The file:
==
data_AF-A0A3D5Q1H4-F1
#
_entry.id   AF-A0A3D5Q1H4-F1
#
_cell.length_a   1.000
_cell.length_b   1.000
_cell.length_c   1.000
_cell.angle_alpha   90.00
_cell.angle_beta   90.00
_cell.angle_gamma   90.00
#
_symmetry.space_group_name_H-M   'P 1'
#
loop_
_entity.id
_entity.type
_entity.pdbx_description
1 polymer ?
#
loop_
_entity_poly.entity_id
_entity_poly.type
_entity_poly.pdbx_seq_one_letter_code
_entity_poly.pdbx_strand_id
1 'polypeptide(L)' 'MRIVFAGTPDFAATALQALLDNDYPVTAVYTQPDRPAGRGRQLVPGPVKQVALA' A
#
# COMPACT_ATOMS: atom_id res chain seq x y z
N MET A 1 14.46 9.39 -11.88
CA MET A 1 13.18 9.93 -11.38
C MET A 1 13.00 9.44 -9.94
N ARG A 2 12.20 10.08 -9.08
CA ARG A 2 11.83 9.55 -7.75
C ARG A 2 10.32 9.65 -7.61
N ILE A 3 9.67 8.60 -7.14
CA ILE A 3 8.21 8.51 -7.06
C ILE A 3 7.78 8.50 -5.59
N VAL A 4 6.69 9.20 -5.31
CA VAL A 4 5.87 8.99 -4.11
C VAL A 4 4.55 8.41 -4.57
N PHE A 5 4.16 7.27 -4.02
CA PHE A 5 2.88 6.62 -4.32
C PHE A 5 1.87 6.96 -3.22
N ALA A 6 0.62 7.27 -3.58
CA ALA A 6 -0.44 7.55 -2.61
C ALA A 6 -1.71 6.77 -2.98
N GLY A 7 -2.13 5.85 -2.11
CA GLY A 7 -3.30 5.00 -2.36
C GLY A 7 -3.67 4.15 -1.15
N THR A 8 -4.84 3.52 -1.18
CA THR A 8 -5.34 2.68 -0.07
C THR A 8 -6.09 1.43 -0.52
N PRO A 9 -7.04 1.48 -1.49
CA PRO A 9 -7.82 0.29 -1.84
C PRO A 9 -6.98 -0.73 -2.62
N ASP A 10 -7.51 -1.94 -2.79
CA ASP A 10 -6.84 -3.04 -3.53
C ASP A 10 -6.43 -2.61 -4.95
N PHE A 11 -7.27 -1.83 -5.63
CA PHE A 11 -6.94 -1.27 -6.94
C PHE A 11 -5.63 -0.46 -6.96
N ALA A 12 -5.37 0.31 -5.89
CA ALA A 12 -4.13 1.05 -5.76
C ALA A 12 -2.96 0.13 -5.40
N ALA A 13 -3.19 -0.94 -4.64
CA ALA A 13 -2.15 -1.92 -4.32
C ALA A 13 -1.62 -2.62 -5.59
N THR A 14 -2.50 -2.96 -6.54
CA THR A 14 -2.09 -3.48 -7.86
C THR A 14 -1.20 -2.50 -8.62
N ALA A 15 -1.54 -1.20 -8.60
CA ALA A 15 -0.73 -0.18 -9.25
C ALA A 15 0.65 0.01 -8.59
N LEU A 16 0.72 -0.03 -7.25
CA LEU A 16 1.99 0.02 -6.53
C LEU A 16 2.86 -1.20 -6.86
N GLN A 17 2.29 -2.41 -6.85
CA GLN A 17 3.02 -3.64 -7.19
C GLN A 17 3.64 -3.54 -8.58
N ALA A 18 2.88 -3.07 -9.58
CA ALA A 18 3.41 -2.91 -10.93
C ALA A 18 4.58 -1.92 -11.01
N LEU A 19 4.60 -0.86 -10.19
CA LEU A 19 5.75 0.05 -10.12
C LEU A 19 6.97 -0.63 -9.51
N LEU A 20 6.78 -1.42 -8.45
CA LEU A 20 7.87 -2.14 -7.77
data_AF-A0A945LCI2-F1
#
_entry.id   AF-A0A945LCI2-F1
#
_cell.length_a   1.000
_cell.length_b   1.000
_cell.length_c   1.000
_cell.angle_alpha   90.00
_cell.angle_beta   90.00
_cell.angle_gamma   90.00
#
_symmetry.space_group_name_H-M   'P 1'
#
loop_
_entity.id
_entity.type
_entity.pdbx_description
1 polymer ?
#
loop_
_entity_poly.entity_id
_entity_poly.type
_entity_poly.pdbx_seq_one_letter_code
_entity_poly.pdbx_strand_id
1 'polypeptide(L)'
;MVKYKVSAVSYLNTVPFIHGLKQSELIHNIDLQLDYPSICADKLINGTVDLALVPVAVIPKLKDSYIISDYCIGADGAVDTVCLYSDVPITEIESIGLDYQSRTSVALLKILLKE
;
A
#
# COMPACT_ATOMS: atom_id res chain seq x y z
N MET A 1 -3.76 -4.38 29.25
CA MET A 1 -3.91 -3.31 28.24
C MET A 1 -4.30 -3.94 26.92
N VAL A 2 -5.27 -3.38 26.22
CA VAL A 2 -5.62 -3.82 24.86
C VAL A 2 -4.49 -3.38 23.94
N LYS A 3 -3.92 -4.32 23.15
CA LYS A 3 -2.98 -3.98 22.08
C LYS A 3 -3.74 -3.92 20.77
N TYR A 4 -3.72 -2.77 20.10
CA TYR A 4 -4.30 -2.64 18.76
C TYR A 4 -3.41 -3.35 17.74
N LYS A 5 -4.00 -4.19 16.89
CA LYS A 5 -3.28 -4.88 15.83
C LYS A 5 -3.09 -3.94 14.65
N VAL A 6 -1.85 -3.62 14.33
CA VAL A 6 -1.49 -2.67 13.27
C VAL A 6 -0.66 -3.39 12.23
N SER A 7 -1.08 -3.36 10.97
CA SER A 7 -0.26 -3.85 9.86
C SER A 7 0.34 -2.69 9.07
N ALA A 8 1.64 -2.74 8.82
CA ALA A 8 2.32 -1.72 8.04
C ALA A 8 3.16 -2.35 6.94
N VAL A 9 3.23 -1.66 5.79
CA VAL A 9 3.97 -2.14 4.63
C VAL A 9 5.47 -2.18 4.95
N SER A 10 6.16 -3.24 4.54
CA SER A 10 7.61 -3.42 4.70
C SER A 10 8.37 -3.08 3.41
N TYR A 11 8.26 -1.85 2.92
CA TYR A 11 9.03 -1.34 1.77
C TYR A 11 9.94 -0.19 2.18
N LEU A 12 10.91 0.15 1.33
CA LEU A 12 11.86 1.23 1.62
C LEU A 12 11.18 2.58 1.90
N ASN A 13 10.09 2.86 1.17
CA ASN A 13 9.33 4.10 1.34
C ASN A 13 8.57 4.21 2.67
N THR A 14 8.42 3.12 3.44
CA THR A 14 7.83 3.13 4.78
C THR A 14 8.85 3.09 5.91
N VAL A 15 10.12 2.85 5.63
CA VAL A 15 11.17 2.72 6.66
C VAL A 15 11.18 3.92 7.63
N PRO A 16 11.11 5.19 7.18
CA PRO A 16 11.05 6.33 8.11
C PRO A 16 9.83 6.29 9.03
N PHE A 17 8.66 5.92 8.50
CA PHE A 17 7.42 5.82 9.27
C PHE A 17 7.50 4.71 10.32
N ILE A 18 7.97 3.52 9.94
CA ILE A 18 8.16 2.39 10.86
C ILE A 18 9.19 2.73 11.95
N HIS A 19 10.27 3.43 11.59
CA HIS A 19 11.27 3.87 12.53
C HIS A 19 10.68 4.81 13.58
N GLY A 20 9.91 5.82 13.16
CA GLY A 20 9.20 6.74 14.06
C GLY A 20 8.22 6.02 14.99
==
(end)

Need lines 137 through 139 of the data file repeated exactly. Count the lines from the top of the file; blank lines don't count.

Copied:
C SER A 7 0.34 -2.69 9.07
N ALA A 8 1.64 -2.74 8.82
CA ALA A 8 2.32 -1.72 8.04